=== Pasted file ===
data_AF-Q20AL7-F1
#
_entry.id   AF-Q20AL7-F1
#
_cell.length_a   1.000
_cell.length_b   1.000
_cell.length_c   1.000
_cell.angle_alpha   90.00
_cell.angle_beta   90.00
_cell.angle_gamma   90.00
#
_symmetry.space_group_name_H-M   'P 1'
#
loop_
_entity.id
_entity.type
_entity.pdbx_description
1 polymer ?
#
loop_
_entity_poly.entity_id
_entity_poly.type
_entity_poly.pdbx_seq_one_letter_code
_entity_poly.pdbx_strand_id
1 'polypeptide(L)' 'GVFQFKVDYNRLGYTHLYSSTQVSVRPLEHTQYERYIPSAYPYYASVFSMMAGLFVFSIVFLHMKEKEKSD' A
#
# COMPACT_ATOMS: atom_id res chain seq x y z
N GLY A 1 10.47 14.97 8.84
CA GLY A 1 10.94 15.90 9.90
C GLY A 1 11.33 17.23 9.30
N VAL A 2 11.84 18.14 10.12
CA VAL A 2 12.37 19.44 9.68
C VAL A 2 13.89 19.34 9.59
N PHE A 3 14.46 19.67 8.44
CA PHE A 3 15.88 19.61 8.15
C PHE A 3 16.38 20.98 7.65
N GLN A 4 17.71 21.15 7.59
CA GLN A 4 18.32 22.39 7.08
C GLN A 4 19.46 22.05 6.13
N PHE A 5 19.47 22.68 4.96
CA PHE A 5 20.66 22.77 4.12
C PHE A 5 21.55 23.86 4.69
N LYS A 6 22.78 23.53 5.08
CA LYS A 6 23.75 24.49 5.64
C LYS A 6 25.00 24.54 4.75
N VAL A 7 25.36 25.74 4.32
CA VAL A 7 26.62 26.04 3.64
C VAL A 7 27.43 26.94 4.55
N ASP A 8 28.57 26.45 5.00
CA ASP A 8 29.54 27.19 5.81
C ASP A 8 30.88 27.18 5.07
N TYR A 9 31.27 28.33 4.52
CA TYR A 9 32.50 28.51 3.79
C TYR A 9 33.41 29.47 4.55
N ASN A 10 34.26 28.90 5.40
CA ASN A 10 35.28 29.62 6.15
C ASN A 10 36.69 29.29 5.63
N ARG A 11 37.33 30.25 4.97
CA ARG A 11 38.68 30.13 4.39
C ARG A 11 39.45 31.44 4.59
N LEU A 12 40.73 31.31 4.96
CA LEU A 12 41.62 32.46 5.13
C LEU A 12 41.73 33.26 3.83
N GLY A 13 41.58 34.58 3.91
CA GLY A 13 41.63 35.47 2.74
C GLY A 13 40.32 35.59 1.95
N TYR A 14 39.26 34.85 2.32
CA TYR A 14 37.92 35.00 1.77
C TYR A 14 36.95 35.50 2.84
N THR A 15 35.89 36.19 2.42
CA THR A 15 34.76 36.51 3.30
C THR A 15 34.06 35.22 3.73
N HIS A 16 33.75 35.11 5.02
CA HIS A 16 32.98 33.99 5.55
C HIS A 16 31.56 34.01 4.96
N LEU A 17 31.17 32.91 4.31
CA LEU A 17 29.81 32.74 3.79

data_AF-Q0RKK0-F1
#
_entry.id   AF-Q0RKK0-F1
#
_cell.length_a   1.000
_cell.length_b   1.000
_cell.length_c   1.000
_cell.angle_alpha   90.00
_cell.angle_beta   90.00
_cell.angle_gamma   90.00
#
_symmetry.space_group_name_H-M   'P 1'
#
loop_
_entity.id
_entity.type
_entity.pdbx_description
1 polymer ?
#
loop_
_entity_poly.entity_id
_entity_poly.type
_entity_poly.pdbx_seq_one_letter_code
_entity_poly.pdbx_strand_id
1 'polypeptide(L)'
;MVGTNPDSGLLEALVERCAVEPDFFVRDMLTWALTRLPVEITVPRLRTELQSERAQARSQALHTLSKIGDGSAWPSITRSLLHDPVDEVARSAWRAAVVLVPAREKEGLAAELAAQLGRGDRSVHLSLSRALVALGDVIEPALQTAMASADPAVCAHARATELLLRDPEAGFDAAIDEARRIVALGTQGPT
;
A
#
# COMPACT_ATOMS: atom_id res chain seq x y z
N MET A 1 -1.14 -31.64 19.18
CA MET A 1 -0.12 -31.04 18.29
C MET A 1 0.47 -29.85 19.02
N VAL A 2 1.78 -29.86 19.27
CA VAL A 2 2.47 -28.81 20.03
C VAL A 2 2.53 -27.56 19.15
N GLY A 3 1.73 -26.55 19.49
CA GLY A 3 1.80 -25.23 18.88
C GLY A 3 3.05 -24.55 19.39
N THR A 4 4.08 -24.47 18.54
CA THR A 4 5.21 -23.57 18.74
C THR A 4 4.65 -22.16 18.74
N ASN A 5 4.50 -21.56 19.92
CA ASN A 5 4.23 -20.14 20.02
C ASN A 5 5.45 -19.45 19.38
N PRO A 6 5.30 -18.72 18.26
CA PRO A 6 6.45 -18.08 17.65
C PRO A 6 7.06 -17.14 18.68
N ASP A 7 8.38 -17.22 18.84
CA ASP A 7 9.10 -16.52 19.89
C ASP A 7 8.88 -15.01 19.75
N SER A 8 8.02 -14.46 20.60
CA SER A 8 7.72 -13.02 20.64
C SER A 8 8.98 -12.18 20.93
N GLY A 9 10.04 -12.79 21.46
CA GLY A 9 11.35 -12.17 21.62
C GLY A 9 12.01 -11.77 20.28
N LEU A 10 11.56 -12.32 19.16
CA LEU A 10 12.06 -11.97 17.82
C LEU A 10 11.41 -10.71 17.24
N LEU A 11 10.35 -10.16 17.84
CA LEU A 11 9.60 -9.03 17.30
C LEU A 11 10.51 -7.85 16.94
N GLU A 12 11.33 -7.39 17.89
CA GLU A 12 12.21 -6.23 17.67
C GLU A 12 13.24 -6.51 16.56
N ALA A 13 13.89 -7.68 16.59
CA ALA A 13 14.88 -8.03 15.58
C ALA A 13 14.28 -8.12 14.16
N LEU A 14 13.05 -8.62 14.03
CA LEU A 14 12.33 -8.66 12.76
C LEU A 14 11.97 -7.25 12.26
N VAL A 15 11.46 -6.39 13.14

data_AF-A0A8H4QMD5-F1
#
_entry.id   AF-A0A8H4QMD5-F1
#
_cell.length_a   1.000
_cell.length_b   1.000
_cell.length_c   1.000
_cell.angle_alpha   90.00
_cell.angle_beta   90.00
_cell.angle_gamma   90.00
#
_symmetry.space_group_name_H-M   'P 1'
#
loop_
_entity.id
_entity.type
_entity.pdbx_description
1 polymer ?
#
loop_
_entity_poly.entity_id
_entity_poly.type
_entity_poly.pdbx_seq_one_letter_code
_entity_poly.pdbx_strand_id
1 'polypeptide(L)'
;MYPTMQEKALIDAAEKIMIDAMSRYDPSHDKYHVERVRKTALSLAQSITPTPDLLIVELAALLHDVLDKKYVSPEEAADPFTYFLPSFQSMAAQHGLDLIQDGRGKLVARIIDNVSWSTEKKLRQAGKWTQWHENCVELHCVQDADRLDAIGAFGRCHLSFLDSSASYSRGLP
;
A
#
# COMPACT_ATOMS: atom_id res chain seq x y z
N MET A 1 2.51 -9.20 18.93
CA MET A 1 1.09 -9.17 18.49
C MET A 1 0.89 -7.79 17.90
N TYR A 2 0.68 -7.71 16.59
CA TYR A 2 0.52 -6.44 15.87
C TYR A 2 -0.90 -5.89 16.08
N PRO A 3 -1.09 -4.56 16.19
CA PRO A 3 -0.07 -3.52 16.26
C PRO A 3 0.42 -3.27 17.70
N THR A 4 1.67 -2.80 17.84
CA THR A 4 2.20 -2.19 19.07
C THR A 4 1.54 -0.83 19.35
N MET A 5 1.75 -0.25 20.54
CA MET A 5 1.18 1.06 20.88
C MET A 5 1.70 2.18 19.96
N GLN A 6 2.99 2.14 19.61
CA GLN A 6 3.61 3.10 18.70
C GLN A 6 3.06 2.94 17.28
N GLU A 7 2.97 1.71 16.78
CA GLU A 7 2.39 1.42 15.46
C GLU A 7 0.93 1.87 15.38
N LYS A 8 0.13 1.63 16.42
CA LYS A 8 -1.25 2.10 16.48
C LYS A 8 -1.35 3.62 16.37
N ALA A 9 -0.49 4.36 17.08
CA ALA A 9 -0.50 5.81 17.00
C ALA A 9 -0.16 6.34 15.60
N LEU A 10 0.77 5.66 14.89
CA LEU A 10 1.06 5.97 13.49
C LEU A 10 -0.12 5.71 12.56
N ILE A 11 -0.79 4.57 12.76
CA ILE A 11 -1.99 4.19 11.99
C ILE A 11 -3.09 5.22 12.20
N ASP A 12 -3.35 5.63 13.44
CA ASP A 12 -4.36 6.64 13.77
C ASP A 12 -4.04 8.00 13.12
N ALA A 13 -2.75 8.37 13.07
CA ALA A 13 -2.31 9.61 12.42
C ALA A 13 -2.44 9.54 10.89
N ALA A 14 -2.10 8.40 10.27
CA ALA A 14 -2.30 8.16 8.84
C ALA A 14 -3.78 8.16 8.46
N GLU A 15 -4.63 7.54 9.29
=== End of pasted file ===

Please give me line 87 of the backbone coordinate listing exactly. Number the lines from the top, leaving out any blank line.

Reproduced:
_cell.angle_gamma   90.00